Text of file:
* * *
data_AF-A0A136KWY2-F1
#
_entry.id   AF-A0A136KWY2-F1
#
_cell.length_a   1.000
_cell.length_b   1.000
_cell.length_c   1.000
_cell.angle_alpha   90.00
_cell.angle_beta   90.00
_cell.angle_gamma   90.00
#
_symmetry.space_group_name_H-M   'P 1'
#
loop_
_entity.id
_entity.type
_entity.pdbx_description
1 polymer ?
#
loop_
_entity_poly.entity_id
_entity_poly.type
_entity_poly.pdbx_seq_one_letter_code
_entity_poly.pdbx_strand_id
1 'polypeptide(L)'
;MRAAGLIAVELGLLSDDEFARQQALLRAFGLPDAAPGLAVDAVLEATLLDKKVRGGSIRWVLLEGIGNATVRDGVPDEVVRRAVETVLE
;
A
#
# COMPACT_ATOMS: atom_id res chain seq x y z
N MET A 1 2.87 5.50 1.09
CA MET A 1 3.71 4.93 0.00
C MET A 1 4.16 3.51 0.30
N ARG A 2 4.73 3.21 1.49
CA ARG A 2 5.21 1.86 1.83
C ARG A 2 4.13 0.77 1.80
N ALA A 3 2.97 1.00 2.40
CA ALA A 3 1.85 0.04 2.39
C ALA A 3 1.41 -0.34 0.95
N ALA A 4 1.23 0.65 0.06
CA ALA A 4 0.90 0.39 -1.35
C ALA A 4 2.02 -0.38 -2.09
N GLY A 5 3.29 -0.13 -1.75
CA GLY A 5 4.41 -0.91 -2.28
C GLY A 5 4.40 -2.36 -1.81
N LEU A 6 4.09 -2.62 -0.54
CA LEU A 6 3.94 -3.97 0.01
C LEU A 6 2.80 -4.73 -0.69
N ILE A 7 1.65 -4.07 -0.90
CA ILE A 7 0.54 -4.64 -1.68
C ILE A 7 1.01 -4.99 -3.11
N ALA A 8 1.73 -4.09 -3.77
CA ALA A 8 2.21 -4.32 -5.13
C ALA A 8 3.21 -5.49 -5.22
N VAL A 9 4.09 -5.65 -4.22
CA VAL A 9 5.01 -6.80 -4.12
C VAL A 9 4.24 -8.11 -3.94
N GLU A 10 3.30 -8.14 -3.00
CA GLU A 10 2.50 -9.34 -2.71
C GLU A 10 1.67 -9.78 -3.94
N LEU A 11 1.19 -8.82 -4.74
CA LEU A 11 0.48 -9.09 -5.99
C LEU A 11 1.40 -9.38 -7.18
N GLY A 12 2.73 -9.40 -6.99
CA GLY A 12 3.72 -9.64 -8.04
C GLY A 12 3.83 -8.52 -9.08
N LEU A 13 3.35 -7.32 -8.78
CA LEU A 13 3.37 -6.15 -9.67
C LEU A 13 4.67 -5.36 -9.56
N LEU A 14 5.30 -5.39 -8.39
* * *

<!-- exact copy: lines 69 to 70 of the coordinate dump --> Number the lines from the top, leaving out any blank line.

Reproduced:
C LEU A 13 4.67 -5.36 -9.56
N LEU A 14 5.30 -5.39 -8.39